Apply Now: Tenure-Track Professor in Political Theory, Harvard University
The Department of Government at Harvard University seeks to appoint a tenure-track professor in Government specializing in Political Theory.
The appointment is expected to begin on July 1, 2024. The tenure-track professor will be responsible for teaching at the undergraduate and graduate levels.
A doctorate or terminal degree in Political Science, Government or related disciplines is required by the time the appointment begins. Demonstrated strong commitment to teaching and advising is desired.
Please submit the following materials through the ARIeS portal (https://academicpositions.harvard.edu). The Committee will begin reviewing applications on September 8, 2023:
- a cover letter;
- a curriculum vitae;
- a teaching/advising statement (describing teaching philosophy and practices);
- a research statement;
- a statement describing efforts to encourage diversity, inclusion, and belonging, including past, current, and anticipated future contributions in these areas;
- names and contact information of 3-5 referees, who will be asked by a system-generated email to upload a letter of recommendation once the candidate’s application has been submitted. (Three letters of recommendation are required, and the application is considered complete only when at least three letters have been received. At least one letter must come from someone who has not served as the candidate’s undergraduate, graduate, or postdoctoral advisor.);
- and publications or copies of creative works, if applicable.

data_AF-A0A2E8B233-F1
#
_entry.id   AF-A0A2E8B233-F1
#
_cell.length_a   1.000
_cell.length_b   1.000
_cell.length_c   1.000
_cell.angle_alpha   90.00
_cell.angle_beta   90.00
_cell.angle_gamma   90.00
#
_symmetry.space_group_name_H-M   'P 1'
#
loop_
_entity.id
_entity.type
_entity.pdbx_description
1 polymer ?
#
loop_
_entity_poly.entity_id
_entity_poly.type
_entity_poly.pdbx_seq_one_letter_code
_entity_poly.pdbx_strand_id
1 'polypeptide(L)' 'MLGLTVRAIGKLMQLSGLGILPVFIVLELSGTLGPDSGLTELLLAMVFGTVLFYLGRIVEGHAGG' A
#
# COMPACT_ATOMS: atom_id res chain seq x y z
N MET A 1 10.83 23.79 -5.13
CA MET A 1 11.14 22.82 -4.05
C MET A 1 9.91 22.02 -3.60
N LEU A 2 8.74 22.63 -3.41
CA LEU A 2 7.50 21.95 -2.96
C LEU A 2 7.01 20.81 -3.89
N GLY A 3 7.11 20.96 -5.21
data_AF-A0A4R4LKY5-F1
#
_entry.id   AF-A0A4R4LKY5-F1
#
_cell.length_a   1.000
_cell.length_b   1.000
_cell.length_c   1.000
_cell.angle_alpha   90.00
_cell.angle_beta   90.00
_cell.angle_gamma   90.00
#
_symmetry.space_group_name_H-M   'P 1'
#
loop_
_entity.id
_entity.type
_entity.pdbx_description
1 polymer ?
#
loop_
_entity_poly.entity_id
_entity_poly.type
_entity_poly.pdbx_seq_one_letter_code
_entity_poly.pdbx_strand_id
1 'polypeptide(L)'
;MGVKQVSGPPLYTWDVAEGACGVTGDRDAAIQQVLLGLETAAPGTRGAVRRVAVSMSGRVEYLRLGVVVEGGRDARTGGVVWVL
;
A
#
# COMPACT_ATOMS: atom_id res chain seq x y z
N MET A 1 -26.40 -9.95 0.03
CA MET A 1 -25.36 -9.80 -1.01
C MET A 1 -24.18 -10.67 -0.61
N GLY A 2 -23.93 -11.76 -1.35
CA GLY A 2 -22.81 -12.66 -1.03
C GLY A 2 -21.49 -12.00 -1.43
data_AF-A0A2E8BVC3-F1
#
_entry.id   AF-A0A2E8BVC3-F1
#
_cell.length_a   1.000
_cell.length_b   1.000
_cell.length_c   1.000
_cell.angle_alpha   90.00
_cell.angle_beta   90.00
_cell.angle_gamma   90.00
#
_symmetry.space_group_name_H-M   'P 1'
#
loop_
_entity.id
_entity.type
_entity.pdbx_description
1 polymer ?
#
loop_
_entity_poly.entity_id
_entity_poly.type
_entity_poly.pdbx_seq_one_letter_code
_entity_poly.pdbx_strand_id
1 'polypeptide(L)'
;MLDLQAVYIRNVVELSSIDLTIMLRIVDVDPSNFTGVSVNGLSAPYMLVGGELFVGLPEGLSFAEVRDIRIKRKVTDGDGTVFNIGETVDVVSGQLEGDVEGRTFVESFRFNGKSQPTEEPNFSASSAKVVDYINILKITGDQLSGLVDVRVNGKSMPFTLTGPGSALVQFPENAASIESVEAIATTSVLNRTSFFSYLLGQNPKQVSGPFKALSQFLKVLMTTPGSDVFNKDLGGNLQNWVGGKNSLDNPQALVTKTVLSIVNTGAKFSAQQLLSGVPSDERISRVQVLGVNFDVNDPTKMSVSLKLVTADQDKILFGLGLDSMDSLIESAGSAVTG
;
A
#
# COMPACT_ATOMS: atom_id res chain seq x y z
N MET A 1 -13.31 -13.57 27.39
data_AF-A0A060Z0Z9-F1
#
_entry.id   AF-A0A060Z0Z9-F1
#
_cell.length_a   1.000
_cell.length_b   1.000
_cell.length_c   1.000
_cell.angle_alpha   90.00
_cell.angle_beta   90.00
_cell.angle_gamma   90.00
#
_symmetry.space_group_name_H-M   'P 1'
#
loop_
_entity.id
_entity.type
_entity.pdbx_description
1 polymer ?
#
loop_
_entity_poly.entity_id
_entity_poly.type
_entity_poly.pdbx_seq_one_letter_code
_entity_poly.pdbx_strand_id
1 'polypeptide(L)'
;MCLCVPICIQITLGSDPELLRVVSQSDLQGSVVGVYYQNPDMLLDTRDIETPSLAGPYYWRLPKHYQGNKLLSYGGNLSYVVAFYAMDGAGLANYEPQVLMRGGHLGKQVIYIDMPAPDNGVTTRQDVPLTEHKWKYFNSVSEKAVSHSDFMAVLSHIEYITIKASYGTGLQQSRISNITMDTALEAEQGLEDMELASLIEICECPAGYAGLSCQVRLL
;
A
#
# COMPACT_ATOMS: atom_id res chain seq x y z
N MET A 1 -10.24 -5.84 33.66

Any questions should be directed to Eric Beerbohm, Search Committee, Department of Government at email@example.com.
Candidates are encouraged to apply by September 15, 2023. Applications will be reviewed until the position is filled.
From the department
The Government Department at Harvard is home to one of the world’s leading communities of study and scholarship in political science. With 165 Ph.D. students, over 300 undergraduate concentrators and a range of visiting scholars and postdoctoral fellows, our academic community is large, diverse and vibrant. It represents a broad and changing spectrum of interests, backgrounds, and approaches. We have strength in teaching and research not only in the four main fields of political science—American Politics, Political Theory, Comparative Politics, and International Relations—but also in Quantitative Methods and Formal Theory. Our approaches include Historical Institutionalism, Political Economy, Race, Ethnicity and Politics, and Social Policy.
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